Dasymetric map

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Comparison of a choropleth map (top) and a dasymetric map (bottom) of the population of the San Francisco Bay Area in 2000.[1]

The dasymetric map (from Greek δασύς/dasýs "dense" and μέτρο/métro "measure") is a type of thematic map that uses areal symbols to visualize a geographic field by refining a choropleth map with ancillary information about the distribution of the variable.


Scrope's 1833 map of world population density, possibly the first dasymetric map.

The earliest maps using this kind of approach include an 1833 map of world population density by George Julius Poulett Scrope[2] and an 1838 map of population density in Ireland by Henry Drury Harness, although the methods used to create these maps were never documented.[3][4]

The term "dasymetric" was coined in 1911 by Semenov-Tian-Shansky, who first fully developed and documented the technique, defining them as maps "on which population density, irrespective of any administrative boundaries, is shown as it is distributed in reality, i.e. by natural spots of concentration and rarefaction."[5]. He proposed several methods for improving on choropleth maps, some of which can more properly termed isarithmic maps, but the dasymetric technique he most fully developed and applied is still used today, albeit using digital data and tools such as GIS.

Beyond Russia, the technique was popularized in the 1930s by J.K. Wright, who has sometimes been incorrectly credited with its invention.[6]

Like other forms of thematic mapping, the dasymetric method was created and historically used because of the need for accurate visualization methods of population data. Dasymetric maps are not widely used because of a lack of standardized dasymetric mapping techniques that are accessible to the public. This leads to methods which are highly subjective with inconsistent criteria.[7] Although fields such as public health still rely on choropleth maps, dasymetric maps are becoming more prevalent in developing fields such as aerial interpolation and population estimation using remote sensing.[7]


Considered a hybrid or compromise between isopleth and choropleth maps,[8][9] a dasymetric map utilizes data aggregated over predetermined geographical districts like a choropleth map, but the boundaries of these districts are modified using ancillary information. A simple and common example is to use data defining regions that are known to be uninhabited, such as water bodies and government-owned land, then cropping these regions out of the choropleth districts, so that they appear empty on the final map. If the variable being mapped is area-dependent (such as population density), the values need to be recalculated by the areas of the refined districts.

Other methods and approaches in dasymetric mapping include areal interpolation, filtered areal weighting using the binary method, filtering with land cover data, and cadastral-based expert dasymetric system.[7][10]

Dasymetric maps are used instead of choropleth maps because they represent underlying data distributions more accurately. Choropleth maps and dasymetric maps differ in three main ways. First, dasymetric zones are generated using ancillary data while boundaries on choropleth maps use units used for more general purposes (such as U.S. county boundaries). Second, choropleth zones have varying levels of internal homogeny while dasymetric maps are designed to be internally homogenous.[11] Last, choropleth mapping methods are standardized while dasymetric methods are under researched.[12]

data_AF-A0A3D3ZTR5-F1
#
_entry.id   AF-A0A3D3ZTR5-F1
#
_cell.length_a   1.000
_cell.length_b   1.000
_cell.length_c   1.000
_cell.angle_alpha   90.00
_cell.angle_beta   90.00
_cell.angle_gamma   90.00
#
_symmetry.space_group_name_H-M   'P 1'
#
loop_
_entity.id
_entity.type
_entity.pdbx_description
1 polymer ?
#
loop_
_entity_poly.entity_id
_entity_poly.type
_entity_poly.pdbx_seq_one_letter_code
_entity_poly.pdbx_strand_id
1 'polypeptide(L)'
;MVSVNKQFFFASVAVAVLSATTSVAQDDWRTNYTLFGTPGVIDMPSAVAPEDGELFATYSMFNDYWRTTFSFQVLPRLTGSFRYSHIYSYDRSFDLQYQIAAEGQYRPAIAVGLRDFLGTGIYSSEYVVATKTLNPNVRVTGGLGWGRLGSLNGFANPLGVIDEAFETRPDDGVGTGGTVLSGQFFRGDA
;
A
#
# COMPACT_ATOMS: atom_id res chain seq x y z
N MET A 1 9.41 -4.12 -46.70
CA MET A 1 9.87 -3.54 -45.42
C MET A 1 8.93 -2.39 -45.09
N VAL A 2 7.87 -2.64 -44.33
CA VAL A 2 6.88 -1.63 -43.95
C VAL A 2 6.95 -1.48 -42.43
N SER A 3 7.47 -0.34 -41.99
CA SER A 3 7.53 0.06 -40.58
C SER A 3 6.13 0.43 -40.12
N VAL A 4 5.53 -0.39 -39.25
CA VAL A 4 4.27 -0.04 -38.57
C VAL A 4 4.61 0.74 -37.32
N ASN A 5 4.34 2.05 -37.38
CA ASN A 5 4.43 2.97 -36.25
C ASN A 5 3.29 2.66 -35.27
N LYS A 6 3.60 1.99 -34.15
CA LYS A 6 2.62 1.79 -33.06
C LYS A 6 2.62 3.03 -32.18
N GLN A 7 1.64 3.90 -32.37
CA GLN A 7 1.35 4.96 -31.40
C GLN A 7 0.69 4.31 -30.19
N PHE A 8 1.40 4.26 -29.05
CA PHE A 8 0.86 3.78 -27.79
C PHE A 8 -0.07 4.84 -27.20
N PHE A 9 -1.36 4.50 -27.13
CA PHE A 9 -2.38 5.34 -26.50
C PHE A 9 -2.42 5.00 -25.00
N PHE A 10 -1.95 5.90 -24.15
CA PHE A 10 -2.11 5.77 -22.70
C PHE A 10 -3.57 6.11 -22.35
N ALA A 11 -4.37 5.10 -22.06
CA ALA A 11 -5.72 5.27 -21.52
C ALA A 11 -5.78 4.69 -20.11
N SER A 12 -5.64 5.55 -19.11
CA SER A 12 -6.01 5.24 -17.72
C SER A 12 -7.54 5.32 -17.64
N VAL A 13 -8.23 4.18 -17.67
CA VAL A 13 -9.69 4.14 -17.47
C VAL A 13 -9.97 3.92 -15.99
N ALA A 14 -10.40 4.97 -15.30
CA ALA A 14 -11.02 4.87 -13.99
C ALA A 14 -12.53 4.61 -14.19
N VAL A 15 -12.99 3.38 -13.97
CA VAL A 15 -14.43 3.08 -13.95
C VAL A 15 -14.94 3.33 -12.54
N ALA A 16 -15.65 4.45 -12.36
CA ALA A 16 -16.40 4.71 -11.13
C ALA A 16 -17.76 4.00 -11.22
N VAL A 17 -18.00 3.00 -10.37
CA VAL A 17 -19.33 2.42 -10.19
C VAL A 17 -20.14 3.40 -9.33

1. ^ "Western Geographic Science Center". Retrieved 13 November 2015.
  2. ^ Scrope, George Julius Poulett (1833). Principles of Political Economy, deduced from the natural laws of social welfare, and applied to the present state of Britain. Longman, Rees, Orme, Brown, Green, Longman.
  3. ^ Harness, Henry D. (1838). Atlas to Accompany the Second Report of the Railway Commissioners, Ireland. H.M.S.O., Dublin.
  4. ^ Robinson, Arthur H. (1955). "The 1837 Maps of Henry Drury Harness" (PDF). The Geographical Journal. 121 (4). pp. 440–450.
  5. ^ Petrov, Andrey (2012). "One Hundred Years of Dasymetric Mapping: Back to the Origin". The Cartographic Journal. 49 (3): 256–264. doi:10.1179/1743277412Y.0000000001. S2CID 129011437.
  6. ^ Wright J.K. (1936). ‘A method of mapping densities of population’, Geographical Review, 26, pp. 103–110.
  7. ^ a b c Lwin, K.K (March 2010). "Development of GIS Tool for Dasymetric Mapping". International Journal of Geoinformatics. 6: 11–18.
  8. ^ "Dasymetric Mapping and Areal Interpolation: Implementation and Evaluation. – Cartography and Geographic Information Science". Accessmylibrary.com. Retrieved 2011-12-14.
  9. ^ http://www.geog.ucsb.edu/~kclarke/G118/Lecture08.html
  10. ^ Maantay, Juliana Astrud; Maroko, Andrew R.; Herrmann, Christopher (2007-01-01). "Mapping Population Distribution in the Urban Environment: The Cadastral-based Expert Dasymetric System (CEDS)". Cartography and Geographic Information Science. 34 (2): 77–102. doi:10.1559/152304007781002190. ISSN 1523-0406. S2CID 10649009.
  11. ^ Mennis, Jeremy (2003). "Generating Surface Models of Population Using Dasymetric Mapping". The Professional Geographer. 55: 31–42. doi:10.1111/0033-0124.10042 (inactive 2020-08-25).
  12. ^ Eicher, Cory L. (2001). "Dasymetric mapping and areal interpolation: Implementation and evaluation". Cartography and Geographic Information Science. 28 (2): 125–138. doi:10.1559/152304001782173727. S2CID 129852229.

Further reading[edit]

  • Petrov, A. "Setting the record straight: On the Russian origins of dasymetric mapping." Cartographica, 2008, 44(2)